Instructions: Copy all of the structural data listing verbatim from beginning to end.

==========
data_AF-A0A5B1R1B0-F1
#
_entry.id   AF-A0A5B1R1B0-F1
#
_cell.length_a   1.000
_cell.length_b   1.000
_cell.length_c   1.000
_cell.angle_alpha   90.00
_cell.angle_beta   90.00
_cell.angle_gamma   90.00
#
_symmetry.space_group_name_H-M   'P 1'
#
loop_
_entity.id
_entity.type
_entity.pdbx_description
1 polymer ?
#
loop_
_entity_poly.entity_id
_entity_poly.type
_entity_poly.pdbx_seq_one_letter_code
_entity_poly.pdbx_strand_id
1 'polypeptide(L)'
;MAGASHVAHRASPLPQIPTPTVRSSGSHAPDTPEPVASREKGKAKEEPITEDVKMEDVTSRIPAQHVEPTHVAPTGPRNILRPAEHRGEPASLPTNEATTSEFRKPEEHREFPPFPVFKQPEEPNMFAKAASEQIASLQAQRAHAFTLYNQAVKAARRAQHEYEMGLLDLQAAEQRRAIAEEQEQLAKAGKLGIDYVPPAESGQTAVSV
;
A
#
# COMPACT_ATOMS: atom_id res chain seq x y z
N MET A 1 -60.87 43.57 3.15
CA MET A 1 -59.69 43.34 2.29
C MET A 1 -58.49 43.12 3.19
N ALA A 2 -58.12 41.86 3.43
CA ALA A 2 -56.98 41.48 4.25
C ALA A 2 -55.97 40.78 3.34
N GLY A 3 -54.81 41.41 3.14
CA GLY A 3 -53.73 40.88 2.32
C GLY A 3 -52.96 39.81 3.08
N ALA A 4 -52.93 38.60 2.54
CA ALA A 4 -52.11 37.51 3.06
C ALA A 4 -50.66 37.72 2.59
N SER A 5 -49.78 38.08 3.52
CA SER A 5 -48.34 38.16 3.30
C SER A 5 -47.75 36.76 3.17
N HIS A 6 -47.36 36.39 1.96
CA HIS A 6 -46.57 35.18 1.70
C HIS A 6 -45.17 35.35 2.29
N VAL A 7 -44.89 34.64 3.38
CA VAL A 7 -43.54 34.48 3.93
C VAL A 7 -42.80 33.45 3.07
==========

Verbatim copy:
data_AF-A0A5B1R1B0-F1
#
_entry.id   AF-A0A5B1R1B0-F1
#
_cell.length_a   1.000
_cell.length_b   1.000
_cell.length_c   1.000
_cell.angle_alpha   90.00
_cell.angle_beta   90.00
_cell.angle_gamma   90.00
#
_symmetry.space_group_name_H-M   'P 1'
#
loop_
_entity.id
_entity.type
_entity.pdbx_description
1 polymer ?
#
loop_
_entity_poly.entity_id
_entity_poly.type
_entity_poly.pdbx_seq_one_letter_code
_entity_poly.pdbx_strand_id
1 'polypeptide(L)'
;MAGASHVAHRASPLPQIPTPTVRSSGSHAPDTPEPVASREKGKAKEEPITEDVKMEDVTSRIPAQHVEPTHVAPTGPRNILRPAEHRGEPASLPTNEATTSEFRKPEEHREFPPFPVFKQPEEPNMFAKAASEQIASLQAQRAHAFTLYNQAVKAARRAQHEYEMGLLDLQAAEQRRAIAEEQEQLAKAGKLGIDYVPPAESGQTAVSV
;
A
#
# COMPACT_ATOMS: atom_id res chain seq x y z
N MET A 1 -60.87 43.57 3.15
CA MET A 1 -59.69 43.34 2.29
C MET A 1 -58.49 43.12 3.19
N ALA A 2 -58.12 41.86 3.43
CA ALA A 2 -56.98 41.48 4.25
C ALA A 2 -55.97 40.78 3.34
N GLY A 3 -54.81 41.41 3.14
CA GLY A 3 -53.73 40.88 2.32
C GLY A 3 -52.96 39.81 3.08
N ALA A 4 -52.93 38.60 2.54
CA ALA A 4 -52.11 37.51 3.06
C ALA A 4 -50.66 37.72 2.59
N SER A 5 -49.78 38.08 3.52
CA SER A 5 -48.34 38.16 3.30
C SER A 5 -47.75 36.76 3.17
N HIS A 6 -47.36 36.39 1.96
CA HIS A 6 -46.57 35.18 1.70
C HIS A 6 -45.17 35.35 2.29
N VAL A 7 -44.89 34.64 3.38
CA VAL A 7 -43.54 34.48 3.93
C VAL A 7 -42.80 33.45 3.07